Using Object Literals as Classes

David Bruant bruant.d at gmail.com
Fri Mar 16 15:30:06 PDT 2012


Le 16/03/2012 23:12, Rick Waldron a écrit :
> On Fri, Mar 16, 2012 at 6:04 PM, David Bruant <bruant.d at gmail.com
> <mailto:bruant.d at gmail.com>> wrote:
>
>     Le 16/03/2012 23:00, Rick Waldron a écrit :
>>     On Fri, Mar 16, 2012 at 5:12 PM, Domenic Denicola
>>     <domenic at domenicdenicola.com
>>     <mailto:domenic at domenicdenicola.com>> wrote:
>>
>>         Just to contribute to this... er... fun-thread...
>>
>>         My team uses the closure pattern for our "classes" (i.e. no
>>         prototype methods at all), since we value encapsulation. I
>>         can't imagine we're alone.
>>
>>
>>     For my own curiosity, can you point me to some examples where you
>>     are strategically avoiding the use of the prototype pattern?
>     When he needs actual encapsulation.
>     Unfortunately, methods on prototype require to have properties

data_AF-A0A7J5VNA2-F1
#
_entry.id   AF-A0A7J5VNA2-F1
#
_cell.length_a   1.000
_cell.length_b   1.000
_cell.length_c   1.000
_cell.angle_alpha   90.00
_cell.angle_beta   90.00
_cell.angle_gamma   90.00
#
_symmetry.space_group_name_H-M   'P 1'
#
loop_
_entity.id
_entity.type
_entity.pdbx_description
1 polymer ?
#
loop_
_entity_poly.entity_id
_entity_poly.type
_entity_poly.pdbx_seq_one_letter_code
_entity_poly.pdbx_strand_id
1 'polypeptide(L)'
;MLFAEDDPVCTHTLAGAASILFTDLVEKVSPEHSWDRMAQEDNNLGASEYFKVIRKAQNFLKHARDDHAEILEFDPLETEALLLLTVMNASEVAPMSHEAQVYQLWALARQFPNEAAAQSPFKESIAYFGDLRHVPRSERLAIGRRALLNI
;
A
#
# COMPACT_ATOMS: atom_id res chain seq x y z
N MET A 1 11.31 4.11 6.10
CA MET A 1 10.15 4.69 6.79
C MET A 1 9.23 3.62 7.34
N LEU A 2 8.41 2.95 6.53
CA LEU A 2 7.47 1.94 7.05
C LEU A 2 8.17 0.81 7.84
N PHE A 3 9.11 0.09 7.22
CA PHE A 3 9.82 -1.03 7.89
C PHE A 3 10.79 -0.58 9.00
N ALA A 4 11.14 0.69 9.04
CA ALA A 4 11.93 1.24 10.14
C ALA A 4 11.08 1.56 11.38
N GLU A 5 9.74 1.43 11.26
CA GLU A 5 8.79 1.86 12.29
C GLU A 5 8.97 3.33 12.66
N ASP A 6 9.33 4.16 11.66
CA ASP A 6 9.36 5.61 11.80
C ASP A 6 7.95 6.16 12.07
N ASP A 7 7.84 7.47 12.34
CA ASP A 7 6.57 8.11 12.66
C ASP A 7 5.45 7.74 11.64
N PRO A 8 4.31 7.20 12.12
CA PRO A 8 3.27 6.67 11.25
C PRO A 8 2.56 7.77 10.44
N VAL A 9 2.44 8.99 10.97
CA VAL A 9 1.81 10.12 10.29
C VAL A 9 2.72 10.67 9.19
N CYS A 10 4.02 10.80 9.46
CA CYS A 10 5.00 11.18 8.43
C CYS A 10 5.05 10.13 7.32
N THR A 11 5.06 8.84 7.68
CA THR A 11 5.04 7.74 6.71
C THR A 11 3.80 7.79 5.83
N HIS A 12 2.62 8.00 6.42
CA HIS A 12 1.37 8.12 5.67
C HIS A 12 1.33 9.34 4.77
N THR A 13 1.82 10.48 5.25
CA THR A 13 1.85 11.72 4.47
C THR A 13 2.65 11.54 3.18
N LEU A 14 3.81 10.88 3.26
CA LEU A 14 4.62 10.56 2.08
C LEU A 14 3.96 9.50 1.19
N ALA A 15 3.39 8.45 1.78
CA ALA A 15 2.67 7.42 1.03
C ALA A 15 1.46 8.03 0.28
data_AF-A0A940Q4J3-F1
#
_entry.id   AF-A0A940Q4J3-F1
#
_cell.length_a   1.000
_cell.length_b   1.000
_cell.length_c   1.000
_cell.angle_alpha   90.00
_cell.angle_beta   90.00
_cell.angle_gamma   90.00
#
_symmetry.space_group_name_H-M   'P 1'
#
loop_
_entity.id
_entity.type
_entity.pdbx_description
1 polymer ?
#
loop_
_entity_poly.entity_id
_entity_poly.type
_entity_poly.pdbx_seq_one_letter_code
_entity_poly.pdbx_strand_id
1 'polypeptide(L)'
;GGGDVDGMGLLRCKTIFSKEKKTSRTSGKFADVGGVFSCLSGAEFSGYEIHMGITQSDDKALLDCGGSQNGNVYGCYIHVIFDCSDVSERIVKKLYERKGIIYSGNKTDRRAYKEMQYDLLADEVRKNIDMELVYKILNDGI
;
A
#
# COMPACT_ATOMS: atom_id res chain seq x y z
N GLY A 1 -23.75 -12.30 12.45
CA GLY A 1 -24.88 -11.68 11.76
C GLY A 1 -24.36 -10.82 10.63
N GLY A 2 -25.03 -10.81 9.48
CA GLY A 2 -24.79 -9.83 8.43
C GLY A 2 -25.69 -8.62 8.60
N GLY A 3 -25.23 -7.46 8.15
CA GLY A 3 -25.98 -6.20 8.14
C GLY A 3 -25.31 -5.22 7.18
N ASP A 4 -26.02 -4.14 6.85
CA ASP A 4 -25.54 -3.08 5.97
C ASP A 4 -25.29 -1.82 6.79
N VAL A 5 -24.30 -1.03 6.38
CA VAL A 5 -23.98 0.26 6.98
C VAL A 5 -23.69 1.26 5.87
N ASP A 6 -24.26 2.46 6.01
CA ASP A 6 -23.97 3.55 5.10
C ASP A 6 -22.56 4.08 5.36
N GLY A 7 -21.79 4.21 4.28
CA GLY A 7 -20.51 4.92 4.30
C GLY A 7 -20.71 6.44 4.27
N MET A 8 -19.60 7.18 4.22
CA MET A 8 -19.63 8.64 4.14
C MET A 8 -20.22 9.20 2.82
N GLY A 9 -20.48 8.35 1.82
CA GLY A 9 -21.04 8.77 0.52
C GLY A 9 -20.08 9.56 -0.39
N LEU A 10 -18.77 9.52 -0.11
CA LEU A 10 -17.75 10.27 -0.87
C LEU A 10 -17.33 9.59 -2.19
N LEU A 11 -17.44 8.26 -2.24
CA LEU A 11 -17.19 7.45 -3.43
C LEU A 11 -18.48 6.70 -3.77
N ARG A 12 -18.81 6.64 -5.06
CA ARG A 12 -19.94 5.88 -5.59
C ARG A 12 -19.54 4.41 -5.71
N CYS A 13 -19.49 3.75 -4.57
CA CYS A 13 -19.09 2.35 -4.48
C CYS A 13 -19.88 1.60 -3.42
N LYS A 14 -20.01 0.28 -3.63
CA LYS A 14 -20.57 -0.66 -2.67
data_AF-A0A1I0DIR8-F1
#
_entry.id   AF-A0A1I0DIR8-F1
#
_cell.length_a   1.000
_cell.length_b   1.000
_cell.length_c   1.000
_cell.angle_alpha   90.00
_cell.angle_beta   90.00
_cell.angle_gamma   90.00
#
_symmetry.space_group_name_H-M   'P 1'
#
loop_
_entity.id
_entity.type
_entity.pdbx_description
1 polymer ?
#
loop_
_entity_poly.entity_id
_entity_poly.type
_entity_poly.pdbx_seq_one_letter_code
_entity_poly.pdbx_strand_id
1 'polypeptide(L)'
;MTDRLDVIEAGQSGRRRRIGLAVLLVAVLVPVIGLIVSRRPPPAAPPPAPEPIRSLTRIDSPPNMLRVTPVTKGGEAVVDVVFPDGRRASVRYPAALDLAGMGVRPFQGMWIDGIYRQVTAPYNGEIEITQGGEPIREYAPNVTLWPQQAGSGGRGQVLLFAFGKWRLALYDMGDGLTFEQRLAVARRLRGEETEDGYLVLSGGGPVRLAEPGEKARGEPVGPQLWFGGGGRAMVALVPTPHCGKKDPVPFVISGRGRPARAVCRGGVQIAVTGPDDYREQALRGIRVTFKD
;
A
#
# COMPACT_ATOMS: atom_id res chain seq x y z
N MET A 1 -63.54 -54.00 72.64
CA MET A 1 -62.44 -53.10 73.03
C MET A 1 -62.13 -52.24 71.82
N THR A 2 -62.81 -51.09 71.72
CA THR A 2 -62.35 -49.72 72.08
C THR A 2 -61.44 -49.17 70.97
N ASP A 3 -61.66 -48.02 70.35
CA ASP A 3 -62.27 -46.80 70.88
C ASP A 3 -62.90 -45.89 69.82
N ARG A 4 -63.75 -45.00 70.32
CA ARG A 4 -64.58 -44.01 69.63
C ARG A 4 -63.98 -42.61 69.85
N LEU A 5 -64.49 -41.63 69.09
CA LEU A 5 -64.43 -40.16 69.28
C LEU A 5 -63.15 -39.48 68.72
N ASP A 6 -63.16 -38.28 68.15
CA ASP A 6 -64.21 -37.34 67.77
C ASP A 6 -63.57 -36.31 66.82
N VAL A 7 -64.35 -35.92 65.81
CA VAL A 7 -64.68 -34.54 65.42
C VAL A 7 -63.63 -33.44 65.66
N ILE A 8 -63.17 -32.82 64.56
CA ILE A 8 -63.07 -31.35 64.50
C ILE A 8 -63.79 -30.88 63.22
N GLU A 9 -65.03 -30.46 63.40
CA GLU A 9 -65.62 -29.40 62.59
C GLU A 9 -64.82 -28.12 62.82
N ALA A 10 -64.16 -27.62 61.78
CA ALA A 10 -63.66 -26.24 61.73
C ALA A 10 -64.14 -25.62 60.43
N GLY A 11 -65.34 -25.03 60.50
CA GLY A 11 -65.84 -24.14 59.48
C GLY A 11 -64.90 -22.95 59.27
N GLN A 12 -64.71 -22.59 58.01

>     that are public.
>
>
>     If you avoid prototype methods, all your attributes and private
>     methods can be shared by public method scopes.
>
>
> Sorry, I don't subscribe to this as an adequate argument against
> prototypes. jQuery has a whole lot of hidden, private functions and
> data - using an IIFE. Ultimately, the developer makes the decision to
> write well encapsulated code - prototype or closure pattern should
> have no bearing.
I agree that it works with one prototype object, but it doesn't scale.
The problem does not come from either prototype inheritance nor
encapsulation, but trying to have them both (and several layers of
inheritance).

If I want to create my own library "on top" of jQuery and that my
objects have the standard jQuery API + my own functions, I can, but I
won't have access to the internals of jQuery. I'm restricted to the
public API, which can be a limitation. Java has "protected" that allows
a subclass to have access to the internals of another class to solve
this issue.
I can also add my things to $.fn... but... $.fn.galery is probably taken
by half a billion libraries already :-)

I intuit that with private name, it will be possible to have
encapsulation and several layer of inheritance.


With current JavaScript, you can have the sort of
encapsulation+inheritance that you want without private names, but it
will take ugly code using weakmaps (or a good ES5-compatible polyfill of
them).

David
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